It’s no surprise that the C-Suite is focused on strategy and execution while keeping a stern eye on stakeholder value. DevOps leaders, however, are typically more focused on delivery cadence. Because of this, they’re often more comfortable speaking in terms of technical outputs, which can place a communication gap between DevOps and executive teams.

To bridge this gap, we need to focus on common goals. Value stream management (VSM) connects the C-Suite with Agile and DevOps teams and aligns their goals around customer experience.

Value Stream Management vs. Value realization

VSM is a set of practices that improve the way teams work to deliver optimal customer experience by focusing on two things – how fast and seamless the changes are to the customer and whether the customer realizes the value from those changes.

Value realization is whether an enterprise recognizes that it got the desired outcomes for the investment made. For example, if an enterprise purchases a product that’s aimed to make their workflows more efficient, is the product effective enough to actually make a noticeable difference in workflows? If so, congrats! The company realizes its value.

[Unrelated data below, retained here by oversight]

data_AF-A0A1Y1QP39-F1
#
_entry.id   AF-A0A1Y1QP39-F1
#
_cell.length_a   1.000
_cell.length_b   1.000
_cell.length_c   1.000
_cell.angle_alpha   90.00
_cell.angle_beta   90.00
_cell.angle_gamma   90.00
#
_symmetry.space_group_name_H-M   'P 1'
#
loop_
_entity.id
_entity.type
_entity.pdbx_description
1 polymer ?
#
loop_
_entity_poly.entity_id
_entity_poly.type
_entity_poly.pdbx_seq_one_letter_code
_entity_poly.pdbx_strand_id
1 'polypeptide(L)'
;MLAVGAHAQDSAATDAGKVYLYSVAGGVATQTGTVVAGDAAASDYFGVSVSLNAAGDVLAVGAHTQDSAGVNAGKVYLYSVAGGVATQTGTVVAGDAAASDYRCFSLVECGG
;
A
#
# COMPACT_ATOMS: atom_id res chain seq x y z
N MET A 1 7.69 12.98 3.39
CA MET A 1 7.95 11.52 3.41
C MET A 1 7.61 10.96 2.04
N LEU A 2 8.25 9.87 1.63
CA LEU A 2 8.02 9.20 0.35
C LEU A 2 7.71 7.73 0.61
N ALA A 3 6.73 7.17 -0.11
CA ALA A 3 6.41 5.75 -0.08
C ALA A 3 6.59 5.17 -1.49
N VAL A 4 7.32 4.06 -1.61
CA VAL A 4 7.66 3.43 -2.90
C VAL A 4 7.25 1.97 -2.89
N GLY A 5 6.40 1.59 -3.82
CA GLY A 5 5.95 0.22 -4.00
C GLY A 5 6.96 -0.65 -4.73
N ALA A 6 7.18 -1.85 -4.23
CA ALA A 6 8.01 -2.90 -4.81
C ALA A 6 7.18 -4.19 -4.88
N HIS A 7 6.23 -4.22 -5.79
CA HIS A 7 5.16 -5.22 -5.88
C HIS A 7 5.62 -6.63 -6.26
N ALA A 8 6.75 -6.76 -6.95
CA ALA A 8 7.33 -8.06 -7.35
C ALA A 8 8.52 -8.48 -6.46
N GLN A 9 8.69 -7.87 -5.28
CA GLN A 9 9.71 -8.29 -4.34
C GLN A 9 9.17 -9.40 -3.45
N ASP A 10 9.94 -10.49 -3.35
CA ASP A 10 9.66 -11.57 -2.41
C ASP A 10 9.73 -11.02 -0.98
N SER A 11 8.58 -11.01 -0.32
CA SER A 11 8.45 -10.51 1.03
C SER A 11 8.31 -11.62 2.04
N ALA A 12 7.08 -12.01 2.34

VSM’s focus on value realization helps all teams understand how well their plans delivered on results and expectations and how well they contributed to customer satisfaction and the company’s bottom line.

How to engage the C-suite in DevOps conversations

When DevOps outputs are used to define success, it’s harder to gain executive buy-in and budgetary support. If the C-suite doesn’t understand the true value that DevOps teams bring to the customer, they’ll treat it as a cost center rather than the profit center it is. That means they’ll be looking for ways to trim your investments instead of ways they can help you increase capacity to improve customer experience. That’s why it’s crucial for DevOps leaders to define success in terms of customer-focused outcomes. Here are three tips on how to do that.

1. Be attuned

Pay attention to where executives tune out and stop listening in meetings and one-on-one conversations. If their attention seems to be waning, ask yourself if you’re talking too much about delivery success metrics or using DevOps jargon like:

  • Did we blow up production? What was the downtime? MTTR?
  • How many defects did we uncover and address? How’s change fail rate tracking?
  • How many features or story points were delivered? What’s the velocity? Deployment frequency?

It’s up to DevOps leaders to translate their value into language that the C-Suite prefers. Instead of talking about technical outputs, change the conversation to value outcomes that relate to customer experience and business performance like:

  • Trends in usage and engagement of the digital product
  • Narrative from social sentiment, reviews, and referrals
  • How responsive the team can be to new customer requests
  • Conversions in the customer journey and how this relates to revenue

2. Recognize your value in customer satisfaction